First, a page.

Does “Abba” Mean Daddy?
“God’s rad He’s my dad!” sums up an attitude that is all too common today: God’s my pal. Most wouldn’t put it that way but this belief shows itself when people come to church in shorts and flip-flops, turn worship into a rock concert, and address God flippantly. The Aramaic term abba is given as support for the later by translating it “daddy.” But is this justified? Professor Philip Graham Ryken, president of Wheaton College, explains the proper use of the term in his book, When You Pray.
To call God ‘Abba, Father’ is to speak to him with reverence as well as confidence. Abba does not mean ‘Daddy.’ To prove this point, the Oxford linguist James Barr wrote an article for the Journal of Theological Studies called ‘Abba isn’t “Daddy”.’ What Barr discovered was that abba was not merely a word used by young children. It was also the word that Jewish children used for their parents after they were fully grown. Abba was a mature, yet affectionate way for adults to speak to their fathers.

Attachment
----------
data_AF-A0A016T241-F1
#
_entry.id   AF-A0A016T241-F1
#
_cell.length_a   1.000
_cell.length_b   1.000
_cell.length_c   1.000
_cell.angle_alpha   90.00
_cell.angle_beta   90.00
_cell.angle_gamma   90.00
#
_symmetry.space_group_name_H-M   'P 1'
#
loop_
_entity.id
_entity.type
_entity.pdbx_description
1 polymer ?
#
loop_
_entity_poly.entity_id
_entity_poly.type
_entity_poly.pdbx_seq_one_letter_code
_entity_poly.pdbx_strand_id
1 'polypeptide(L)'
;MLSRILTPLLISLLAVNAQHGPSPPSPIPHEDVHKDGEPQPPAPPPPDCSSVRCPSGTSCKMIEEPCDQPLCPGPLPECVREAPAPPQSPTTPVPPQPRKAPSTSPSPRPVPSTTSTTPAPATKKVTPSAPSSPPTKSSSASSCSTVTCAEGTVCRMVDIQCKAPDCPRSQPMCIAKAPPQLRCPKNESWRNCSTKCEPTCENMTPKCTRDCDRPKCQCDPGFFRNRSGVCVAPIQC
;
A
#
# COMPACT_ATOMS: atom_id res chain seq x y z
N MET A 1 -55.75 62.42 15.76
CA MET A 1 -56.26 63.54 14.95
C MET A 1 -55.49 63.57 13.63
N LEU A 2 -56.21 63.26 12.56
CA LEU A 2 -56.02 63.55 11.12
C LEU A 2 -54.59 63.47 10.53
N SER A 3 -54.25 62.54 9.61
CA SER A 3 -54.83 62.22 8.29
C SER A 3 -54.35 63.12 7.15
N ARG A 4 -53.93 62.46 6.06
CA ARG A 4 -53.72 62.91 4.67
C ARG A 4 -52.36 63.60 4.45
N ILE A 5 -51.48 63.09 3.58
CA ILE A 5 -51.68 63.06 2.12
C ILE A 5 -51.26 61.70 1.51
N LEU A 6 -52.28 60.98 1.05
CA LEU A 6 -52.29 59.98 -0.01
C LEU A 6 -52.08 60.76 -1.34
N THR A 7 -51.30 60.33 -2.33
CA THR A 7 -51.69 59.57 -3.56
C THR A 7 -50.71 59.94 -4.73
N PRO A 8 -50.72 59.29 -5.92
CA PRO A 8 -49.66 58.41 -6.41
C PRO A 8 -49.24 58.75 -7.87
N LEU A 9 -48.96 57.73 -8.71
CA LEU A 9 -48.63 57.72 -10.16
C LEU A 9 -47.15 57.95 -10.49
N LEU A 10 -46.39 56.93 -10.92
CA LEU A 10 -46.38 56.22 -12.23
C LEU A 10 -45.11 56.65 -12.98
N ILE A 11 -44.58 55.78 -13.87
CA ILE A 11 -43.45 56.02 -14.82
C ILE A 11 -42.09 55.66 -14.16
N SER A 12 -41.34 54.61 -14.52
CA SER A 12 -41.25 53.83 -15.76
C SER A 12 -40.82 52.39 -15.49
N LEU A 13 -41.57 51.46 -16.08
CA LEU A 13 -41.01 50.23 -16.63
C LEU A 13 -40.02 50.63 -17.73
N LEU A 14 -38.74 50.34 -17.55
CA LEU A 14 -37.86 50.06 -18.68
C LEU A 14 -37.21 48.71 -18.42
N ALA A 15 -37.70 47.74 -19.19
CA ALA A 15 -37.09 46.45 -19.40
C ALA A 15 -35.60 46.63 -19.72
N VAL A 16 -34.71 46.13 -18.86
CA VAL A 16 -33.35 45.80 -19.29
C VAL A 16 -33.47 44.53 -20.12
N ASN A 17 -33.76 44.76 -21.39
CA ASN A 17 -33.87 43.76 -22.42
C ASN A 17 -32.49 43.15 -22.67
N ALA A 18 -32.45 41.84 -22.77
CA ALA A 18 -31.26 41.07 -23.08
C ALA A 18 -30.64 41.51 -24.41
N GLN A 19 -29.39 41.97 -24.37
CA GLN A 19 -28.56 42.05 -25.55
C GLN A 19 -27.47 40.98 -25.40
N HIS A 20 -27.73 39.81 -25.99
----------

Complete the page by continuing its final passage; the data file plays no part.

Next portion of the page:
The New Testament is careful not to be too casual in the way it addresses God. The Aramaic word abba appears three times in the New Testament (Mark 14:36; Rom. 8:15; Gal. 4:6). In each case it is followed immediately by the Greek word pater. Pater is not the Greek word for ‘Daddy.’ The Greek language has a word for ‘Daddy’ – the word pappas – but that is not the word the New Testament uses to translate abba. Instead, in order to make sure that our intimacy with God does not become an excuse for immaturity, it says, ‘abba, pater.
The best way to translate abba is “Dear Father,” or even “Dearest Father.” That phrase captures both the warm confidence and the deep reverence that we have for our Father in heaven. It expresses our intimacy with God, while preserving his dignity. When we pray, therefore, we are to say, ‘Our dear Father in heaven.’
Labels: Doctrine of God